In a world filled with buyers and sellers interacting every day to facilitate a fair economic exchange of goods and services, it’s difficult for both parties to make a connection in each interaction. So how do you stand out? How do you become unique in such a crowded and often fast-paced environment? The key is to find a way for you to become memorable. I once interviewed for an Account Executive role with a company and when I asked the VP of Sales what the one trait was he was looking for in his new hire…..he replied with “I’m looking for reps that will be memorable.” That always stuck with me and is something I logged in the back of my head as I built my sales career over the years.
Now, I’m not suggesting you have to add salt to your water as I do. Frankly, I started doing it back in my college days to nurse a hangover as it’s basically Gatorade without sugar and food coloring; but I am suggesting you find that unique, special thing you do to make yourself stand out. It’s a crowded world out there and unless you can do something that is a bit extraordinary, you run the risk of being just like every other salesperson. As Grant Cardon likes to say, “be extraordinary or be ordinary.”
Here are a couple of suggestions on how you can “salt your water” if actual saltwater is not your thing:
- Order the same meal every time you have a lunch meeting. My personal favorite is Caesar Salad and I always ask for extra dressing and cheese on the side.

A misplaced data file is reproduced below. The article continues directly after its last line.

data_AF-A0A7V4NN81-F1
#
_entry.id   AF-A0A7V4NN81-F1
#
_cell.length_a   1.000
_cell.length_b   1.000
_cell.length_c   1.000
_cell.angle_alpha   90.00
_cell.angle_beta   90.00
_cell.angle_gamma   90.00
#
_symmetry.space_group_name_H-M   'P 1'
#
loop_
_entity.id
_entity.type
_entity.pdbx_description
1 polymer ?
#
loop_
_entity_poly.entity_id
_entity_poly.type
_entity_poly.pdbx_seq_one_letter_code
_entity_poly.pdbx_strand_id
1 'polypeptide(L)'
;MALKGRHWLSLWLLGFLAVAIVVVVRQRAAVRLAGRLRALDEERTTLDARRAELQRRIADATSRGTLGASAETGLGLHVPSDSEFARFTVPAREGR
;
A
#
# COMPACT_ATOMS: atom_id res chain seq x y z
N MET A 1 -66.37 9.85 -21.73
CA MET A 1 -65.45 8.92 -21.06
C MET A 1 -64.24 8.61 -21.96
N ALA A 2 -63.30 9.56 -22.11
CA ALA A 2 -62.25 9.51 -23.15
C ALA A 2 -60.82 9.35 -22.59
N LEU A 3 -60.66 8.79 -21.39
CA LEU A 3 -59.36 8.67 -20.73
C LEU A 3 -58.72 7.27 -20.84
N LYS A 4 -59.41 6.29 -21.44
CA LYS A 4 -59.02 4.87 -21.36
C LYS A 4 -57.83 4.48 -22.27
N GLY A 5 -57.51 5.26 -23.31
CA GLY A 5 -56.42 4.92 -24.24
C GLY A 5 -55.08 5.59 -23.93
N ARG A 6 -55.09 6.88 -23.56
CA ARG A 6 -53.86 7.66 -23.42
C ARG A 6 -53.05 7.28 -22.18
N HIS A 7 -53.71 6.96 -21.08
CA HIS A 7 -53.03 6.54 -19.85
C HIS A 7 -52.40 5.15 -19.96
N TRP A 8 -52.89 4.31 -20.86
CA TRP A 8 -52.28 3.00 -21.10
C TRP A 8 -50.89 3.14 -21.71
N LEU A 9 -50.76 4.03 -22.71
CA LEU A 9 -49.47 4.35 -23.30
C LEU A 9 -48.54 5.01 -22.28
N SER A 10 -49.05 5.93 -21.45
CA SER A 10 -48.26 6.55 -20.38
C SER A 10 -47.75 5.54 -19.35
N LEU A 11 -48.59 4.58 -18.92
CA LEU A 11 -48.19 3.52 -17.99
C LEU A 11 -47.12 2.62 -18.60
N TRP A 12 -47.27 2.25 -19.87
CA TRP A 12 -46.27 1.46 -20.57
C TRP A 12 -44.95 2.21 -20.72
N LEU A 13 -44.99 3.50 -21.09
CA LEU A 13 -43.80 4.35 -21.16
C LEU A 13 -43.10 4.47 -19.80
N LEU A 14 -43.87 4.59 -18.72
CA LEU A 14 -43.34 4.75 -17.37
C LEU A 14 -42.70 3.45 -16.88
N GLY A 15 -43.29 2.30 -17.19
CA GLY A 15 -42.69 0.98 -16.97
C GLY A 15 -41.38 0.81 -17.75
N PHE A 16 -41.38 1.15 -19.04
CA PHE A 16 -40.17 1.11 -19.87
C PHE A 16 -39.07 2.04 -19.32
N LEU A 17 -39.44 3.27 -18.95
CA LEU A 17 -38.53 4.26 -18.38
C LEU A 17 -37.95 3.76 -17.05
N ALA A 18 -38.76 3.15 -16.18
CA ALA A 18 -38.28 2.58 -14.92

- Order the same drink when you grab “drinks” with your prospects and customers. My go-to is Jack on the Rocks. In fact, I drink this so often that after some time my customers even order them for me when I’m running late.
- Grow your hair really long or a funky color.
- Wear a Hawaiian shirt every Friday or the same style outfit every day.
Regardless of how you do it, try to build your unique personal brand. There is an interesting bi-product to this uniqueness, some may even call quirkiness. Your customers get to know you so well on a personal level that you develop a very tight-knit and special relationship. If you’re so inclined, this may even lead to a friendship. I ask you, as a salesperson, do you think people do business with people they like? I’ve read in multiple sales books, “all things being equal, people do business with people they like. All things being not so equal, people still do business with people they like” and I believe that’s true.